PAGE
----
Tag Archives: Cato Institute

Bill Niskanen on Inequality

The late Bill Niskanen on inequality:

Rawls recognizes that individual well-being is dependent on more than income and wealth, but he does not acknowledge the implications of the fact that the other dimensions of well-being are not fungible. Consider the following example.

One young man is healthy and handsome, spends his days on the beach, has his pick of young women companions, and makes $10,000 a year by busing tables in the evening. Another young man is confined to a wheelchair, has congenital body odor, has never had an intimate relationship, and, with no other life, makes $100,000 a year as an expert computer programmer. In this case, who is worse off? Who should redistribute what to whom and how?

Leave a comment

Filed under Economics, Philosophy

Lefty Relics Gathering Dust

David Boaz writes at Cato @ Liberty:.

So the Associate Publisher of The Nation sends me an email asking me, “Have any lefty relics gathering dust in your closet?” They’re having a fundraising auction.

As it happens, I do have some lefty relics I’d like to get rid of. I have:

  • Keynesianism
  • Wilsonianisn
  • Nationalized health care
  • Government Motors
  • The idea that the Constitution grants “plenary” powers to the federal government
  • The War on Poverty
  • Racial preferences

And by the way, when National Review asks me for conservative relics, I’ll have a list for them, too.

Leave a comment

Filed under Miscellaneous

Colombian President Backs Drug Legalization

Juan Carlos Hidalgo of the Cato Institute reports:

One of the worse kept secrets in Latin America is that Colombian President Juan Manuel Santos believes in drug legalization. Back in the 1990s he co-signed an open letter to then UN Secretary General Kofi Annan calling for an end to the war on drugs. And, since assuming office last year, Santos has hinted on several occasions that a new approach is needed in drug policy.

Earlier this week, Santos finally came out supporting the legalization of soft drugs, such as marijuana. In an interview published by Metro World News, Santos said that he favors legalization “provided everyone does it at the same time.” However, Santos balked at the idea of being the first sitting president to propose this in an international forum, citing mostly political reasons: “I would be crucified if I took the first step,” he said.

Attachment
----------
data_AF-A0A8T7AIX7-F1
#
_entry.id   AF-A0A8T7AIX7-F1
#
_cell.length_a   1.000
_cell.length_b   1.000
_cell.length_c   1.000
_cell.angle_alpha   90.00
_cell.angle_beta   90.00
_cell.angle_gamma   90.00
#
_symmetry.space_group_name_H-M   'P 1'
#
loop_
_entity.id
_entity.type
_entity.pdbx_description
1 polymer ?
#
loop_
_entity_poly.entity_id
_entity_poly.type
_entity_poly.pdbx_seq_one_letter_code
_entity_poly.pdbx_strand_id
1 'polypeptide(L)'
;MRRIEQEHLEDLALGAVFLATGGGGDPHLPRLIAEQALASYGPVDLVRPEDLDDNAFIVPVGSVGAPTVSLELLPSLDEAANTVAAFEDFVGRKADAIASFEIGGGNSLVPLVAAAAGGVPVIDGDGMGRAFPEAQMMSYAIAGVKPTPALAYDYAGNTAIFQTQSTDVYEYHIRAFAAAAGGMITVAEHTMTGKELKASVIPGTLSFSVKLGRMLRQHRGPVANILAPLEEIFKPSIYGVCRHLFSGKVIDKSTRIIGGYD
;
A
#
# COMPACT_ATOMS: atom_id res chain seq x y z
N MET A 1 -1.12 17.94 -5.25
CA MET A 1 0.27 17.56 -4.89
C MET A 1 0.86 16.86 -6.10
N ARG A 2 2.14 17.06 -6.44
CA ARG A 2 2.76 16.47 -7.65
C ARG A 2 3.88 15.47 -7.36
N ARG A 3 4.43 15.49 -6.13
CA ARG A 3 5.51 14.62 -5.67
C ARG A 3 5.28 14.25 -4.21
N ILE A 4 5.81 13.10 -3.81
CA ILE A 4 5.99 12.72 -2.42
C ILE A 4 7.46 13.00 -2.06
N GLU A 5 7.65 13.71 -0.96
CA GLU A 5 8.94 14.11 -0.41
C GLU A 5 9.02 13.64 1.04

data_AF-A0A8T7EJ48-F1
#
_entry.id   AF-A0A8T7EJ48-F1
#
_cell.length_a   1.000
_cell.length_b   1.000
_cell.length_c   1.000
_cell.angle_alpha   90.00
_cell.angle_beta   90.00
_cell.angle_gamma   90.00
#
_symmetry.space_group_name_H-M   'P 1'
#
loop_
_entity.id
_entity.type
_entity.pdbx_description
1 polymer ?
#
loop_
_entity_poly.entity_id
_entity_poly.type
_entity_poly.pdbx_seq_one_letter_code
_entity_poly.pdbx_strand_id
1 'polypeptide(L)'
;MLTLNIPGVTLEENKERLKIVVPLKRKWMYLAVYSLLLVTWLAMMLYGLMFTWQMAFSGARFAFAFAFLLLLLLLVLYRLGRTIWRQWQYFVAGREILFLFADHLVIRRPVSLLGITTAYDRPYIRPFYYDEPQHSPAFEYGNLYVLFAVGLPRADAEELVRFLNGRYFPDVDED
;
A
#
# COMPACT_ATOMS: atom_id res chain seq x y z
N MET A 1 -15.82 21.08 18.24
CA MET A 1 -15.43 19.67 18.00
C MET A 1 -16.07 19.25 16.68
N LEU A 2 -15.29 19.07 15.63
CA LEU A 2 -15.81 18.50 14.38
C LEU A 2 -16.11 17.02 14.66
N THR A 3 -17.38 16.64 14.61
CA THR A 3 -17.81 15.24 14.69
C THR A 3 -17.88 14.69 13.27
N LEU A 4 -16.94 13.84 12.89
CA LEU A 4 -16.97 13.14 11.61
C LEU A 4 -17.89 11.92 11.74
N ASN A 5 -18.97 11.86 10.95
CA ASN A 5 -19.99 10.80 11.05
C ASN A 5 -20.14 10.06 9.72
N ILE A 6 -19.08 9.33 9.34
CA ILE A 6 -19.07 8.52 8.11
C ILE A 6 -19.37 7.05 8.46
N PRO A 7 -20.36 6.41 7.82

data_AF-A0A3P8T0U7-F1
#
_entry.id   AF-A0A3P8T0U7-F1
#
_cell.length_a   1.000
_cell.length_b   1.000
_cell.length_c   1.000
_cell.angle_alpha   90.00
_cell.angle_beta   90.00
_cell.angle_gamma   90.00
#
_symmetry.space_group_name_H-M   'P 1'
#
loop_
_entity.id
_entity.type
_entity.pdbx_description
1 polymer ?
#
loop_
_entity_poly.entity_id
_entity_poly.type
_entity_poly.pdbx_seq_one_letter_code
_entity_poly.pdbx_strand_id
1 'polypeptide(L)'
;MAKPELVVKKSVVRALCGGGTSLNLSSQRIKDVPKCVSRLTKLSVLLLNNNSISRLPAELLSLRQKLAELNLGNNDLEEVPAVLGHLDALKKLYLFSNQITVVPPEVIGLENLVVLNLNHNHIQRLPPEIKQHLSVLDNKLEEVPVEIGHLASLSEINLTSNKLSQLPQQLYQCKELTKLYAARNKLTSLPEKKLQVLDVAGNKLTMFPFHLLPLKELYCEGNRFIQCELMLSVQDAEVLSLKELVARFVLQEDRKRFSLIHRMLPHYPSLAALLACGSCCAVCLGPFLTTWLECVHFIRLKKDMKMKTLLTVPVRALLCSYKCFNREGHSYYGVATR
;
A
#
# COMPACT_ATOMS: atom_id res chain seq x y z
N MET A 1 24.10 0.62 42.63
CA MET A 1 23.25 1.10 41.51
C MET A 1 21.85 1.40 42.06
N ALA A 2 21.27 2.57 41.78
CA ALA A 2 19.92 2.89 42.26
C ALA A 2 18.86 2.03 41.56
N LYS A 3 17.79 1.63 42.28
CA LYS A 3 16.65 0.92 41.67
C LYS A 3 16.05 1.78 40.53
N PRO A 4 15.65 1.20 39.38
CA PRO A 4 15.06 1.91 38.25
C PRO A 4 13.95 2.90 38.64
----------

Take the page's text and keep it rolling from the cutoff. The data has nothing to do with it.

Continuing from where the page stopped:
Despite Santos’s lukewarm endorsement of drug legalization, he adds his voice to the growing number of Latin American leaders calling for ending prohibition.

Colombia legalizing drugs won’t solve the problem; the U.S. must do it. Santos says that everyone must do it at the same time, but leaders in Colombia and Mexico are willing. They are only waiting for the U.S..

They will be waiting a long time.

Leave a comment

Filed under Drug Wars, Latin America

“I’m not a number. I’m not a line item on a budget…

and I’m definitely not a push-over. But I am a voter.”

What exactly does the word “earn” mean? Dictionary.com offers the following:

Did these 50 million seniors from this AARP advertisement “earn” their Medicare and Social Security?

First, Medicare. Andrew Biggs crunched the numbers.

Let’s start with a typical person who was born in 1944, began work at age 21 in 1965, and in 2009 retired at age 65 and enrolled in Medicare. Over the course of his life he paid the Medicare tax out of his wages.

After adjusting for changes in tax rates, cost of living adjustments, interest rates, etc.:

This typical person paid around $64,971 in Medicare payroll taxes over his lifetime. Likewise, after netting out Medicare premiums, he’ll receive around $173,886 in lifetime Medicare benefits. The net? He can expect to receive around $108,915 more in benefits than he paid in taxes over his lifetime. (Emphasis mine.)

Second, Social Security. In 2001, the Cato Institute called social security the “boomers’ bargain” due to the low tax rates they paid during most of their working years.

Ever since we Gen-X/Yers began working, we’ve paid 12.4 percent of our earnings to Social Security — half taken through the “FICA” tax on our paycheck and half through the payroll tax. In the coming years, Congress likely will increase that rate to more than 17 percent to delay the 2038 catastrophe. [Bankruptcy of the Social Security trust fund.] What is more, the Medicare tax (which is now a mere 2.9 percent) will increase because that program faces an even worse crisis than Social Security.

In contrast, the Boomers will get a bargain. When they entered the workforce in the late 1960s, they paid only 6.5 percent of their earnings to Social Security and nothing to Medicare. For about half of their working years, the Boomers paid 10 percent or less to Social Security and less than 1.25 percent to Medicare. Only from 1990 on, when the Boomers had earned paychecks for a quarter-century, did they start paying 12.4 percent to Social Security and 2.9 percent to Medicare — the same percentage we Gen-X/Yers have paid our whole lives.

It’s worth noting that in 2001 the social security trust fun was expected to start running deficits in 2016. It ran its first deficit last year. In their 2011 Summary Reports, the Social Security and Medicare Boards of Trustees concluded:

Projected long-run program costs for both Medicare and Social Security are not sustainable under currently scheduled financing, and will require legislative corrections if disruptive consequences for beneficiaries and taxpayers are to be avoided.

The financial challenges facing Social Security and Medicare should be addressed soon. If action is taken sooner rather than later, more options and more time will be available to phase in changes so that those affected can adequately prepare.

The problem is that seniors – most perfectly capable of working more and consuming less – vote. Thus, they’ve earned the benefits. The rest of us will have to pay.

1 Comment

Filed under Domestic Politics